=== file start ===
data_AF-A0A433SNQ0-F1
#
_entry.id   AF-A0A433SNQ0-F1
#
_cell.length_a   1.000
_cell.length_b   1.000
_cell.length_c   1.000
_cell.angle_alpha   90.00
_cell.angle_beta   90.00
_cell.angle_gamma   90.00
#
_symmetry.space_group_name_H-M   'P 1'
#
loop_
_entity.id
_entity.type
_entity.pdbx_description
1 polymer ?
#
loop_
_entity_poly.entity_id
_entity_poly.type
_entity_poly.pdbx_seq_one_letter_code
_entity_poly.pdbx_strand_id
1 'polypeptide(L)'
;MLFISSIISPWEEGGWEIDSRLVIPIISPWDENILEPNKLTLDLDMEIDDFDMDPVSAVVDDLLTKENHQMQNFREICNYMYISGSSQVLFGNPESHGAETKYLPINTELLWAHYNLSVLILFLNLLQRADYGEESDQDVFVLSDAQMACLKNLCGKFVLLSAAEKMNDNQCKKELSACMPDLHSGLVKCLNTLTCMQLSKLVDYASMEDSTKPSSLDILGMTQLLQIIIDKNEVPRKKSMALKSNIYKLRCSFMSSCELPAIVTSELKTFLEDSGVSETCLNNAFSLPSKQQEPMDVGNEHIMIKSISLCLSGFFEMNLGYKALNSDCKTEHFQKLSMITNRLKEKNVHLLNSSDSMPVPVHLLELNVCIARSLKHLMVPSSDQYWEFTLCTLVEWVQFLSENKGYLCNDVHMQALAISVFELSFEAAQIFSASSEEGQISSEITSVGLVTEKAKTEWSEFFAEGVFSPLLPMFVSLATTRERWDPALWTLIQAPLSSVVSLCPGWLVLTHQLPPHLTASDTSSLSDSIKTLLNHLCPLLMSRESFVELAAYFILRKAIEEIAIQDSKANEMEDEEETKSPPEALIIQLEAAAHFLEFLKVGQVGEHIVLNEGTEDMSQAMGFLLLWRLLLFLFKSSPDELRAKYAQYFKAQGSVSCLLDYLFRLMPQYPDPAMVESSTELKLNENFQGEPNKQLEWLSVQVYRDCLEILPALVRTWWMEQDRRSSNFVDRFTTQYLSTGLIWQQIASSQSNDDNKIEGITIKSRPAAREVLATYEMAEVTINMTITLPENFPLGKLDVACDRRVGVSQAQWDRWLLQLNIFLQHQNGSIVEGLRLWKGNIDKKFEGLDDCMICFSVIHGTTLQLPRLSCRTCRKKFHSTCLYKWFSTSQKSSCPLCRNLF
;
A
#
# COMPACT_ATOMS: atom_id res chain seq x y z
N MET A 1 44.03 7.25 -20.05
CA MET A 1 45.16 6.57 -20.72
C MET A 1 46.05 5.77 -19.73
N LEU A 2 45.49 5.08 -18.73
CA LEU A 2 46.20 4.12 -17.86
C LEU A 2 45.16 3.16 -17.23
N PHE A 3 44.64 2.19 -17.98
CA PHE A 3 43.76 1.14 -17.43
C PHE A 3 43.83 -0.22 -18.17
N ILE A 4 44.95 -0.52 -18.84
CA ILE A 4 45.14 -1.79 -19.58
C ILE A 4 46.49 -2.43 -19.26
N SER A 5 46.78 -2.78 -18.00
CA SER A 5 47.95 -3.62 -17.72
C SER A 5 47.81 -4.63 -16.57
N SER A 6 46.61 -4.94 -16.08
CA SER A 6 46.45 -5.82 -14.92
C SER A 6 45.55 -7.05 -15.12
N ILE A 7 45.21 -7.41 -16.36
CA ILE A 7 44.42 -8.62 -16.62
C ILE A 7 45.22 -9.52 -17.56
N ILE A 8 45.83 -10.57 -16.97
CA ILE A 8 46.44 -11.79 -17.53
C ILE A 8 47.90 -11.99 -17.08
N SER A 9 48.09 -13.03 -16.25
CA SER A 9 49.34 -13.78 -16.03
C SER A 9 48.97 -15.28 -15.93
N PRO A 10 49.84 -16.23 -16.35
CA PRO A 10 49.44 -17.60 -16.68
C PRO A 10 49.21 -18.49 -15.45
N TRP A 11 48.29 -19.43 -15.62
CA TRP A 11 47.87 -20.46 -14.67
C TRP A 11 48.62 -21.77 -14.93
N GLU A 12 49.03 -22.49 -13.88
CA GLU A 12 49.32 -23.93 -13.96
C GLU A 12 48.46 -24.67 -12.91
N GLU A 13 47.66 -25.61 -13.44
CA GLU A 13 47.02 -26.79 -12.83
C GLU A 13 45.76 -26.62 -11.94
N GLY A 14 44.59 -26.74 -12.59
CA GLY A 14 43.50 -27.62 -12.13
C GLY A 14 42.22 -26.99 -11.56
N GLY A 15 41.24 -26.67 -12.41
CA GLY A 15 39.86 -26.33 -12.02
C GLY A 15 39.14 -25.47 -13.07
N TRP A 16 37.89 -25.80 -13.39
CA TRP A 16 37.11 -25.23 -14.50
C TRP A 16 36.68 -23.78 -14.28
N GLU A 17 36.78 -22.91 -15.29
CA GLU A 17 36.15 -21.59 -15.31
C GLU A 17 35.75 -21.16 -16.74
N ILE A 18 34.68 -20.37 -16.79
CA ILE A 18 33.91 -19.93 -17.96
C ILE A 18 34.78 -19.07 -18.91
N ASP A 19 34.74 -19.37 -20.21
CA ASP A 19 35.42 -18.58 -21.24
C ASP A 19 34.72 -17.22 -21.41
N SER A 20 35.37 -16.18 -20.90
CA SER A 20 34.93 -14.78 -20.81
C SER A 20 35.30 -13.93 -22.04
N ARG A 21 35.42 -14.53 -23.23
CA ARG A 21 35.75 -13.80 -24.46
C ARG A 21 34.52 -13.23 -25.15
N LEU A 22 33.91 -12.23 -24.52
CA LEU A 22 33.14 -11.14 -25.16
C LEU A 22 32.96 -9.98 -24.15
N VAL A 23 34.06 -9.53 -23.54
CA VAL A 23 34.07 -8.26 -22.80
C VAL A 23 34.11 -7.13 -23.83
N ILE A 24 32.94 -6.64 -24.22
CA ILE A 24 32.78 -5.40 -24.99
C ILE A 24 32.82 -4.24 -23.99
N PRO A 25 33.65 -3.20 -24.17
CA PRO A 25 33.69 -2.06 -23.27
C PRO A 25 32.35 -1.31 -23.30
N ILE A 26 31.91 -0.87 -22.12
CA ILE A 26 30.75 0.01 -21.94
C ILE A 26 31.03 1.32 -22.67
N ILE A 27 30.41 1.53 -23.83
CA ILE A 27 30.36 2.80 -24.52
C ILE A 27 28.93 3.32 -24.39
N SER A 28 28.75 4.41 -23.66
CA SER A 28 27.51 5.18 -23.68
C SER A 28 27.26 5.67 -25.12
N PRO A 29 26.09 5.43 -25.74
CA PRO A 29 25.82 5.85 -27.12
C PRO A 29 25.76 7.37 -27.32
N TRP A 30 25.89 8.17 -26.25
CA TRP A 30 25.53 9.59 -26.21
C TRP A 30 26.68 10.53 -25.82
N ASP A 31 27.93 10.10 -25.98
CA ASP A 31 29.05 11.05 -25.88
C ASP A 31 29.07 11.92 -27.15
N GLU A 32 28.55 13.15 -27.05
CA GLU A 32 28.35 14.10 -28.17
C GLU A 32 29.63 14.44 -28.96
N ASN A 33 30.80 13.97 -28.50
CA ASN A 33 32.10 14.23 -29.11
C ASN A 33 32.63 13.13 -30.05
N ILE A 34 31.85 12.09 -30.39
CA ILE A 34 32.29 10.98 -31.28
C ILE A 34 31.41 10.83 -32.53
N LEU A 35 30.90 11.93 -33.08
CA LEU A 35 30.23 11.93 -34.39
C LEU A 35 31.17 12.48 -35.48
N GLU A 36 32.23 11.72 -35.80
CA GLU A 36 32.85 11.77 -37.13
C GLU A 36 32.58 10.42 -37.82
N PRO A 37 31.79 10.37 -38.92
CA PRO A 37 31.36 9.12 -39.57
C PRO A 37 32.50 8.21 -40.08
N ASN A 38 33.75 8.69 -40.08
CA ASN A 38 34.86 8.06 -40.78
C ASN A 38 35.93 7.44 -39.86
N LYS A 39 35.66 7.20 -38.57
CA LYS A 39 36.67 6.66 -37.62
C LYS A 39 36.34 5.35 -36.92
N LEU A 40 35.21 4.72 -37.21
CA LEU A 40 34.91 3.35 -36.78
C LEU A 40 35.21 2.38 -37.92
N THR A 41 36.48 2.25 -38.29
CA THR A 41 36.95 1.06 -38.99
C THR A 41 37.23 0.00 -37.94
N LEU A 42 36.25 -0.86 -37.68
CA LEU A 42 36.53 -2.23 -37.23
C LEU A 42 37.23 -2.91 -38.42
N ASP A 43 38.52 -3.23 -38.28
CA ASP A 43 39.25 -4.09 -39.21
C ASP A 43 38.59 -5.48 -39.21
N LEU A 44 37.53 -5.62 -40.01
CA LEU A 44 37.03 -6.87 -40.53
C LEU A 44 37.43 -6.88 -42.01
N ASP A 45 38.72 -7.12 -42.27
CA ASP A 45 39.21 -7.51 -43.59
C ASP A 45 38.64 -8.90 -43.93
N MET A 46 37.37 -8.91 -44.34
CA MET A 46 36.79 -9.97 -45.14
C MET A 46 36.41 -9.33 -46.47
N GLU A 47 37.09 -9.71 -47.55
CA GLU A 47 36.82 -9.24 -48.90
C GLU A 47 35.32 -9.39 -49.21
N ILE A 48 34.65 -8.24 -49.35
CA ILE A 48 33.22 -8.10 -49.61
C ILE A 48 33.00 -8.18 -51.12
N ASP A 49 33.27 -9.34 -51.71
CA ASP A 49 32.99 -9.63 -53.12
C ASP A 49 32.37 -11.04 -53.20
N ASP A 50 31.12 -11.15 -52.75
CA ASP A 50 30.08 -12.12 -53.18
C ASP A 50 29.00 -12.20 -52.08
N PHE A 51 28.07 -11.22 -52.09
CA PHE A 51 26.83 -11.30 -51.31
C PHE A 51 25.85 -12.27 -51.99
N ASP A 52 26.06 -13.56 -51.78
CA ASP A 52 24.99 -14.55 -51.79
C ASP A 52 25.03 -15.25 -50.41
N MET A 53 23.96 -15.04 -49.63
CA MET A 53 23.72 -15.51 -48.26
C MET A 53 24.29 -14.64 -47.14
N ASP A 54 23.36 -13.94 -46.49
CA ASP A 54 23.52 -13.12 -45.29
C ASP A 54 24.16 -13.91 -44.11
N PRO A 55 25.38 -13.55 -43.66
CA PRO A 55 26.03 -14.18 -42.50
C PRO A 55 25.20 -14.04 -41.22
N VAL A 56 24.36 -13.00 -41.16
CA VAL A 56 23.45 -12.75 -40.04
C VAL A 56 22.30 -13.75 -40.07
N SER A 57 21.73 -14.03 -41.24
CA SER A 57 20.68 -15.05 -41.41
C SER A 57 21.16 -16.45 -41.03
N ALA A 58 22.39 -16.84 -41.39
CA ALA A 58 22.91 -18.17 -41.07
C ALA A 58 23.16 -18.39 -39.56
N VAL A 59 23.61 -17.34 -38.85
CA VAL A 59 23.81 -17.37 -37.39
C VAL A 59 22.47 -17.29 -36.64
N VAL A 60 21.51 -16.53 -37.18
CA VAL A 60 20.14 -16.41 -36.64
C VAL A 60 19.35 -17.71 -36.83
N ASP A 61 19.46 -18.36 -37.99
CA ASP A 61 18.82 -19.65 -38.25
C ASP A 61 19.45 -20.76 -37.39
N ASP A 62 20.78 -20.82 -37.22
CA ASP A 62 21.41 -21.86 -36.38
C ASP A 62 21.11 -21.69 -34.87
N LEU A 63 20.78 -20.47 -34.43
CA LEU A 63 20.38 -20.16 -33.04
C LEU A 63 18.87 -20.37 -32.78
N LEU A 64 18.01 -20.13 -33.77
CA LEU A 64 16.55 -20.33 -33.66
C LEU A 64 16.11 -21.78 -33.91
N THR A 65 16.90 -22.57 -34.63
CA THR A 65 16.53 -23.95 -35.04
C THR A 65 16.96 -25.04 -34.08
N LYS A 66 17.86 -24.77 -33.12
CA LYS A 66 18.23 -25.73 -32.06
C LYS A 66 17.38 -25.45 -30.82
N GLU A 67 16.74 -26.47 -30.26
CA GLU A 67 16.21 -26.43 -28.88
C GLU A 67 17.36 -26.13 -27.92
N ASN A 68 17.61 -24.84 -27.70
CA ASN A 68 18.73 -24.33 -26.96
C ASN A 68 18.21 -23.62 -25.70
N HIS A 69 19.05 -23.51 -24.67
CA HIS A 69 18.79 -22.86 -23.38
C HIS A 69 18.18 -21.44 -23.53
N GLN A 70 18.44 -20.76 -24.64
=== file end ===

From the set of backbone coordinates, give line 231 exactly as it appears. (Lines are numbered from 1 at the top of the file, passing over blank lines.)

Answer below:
C GLU A 67 17.36 -26.13 -27.92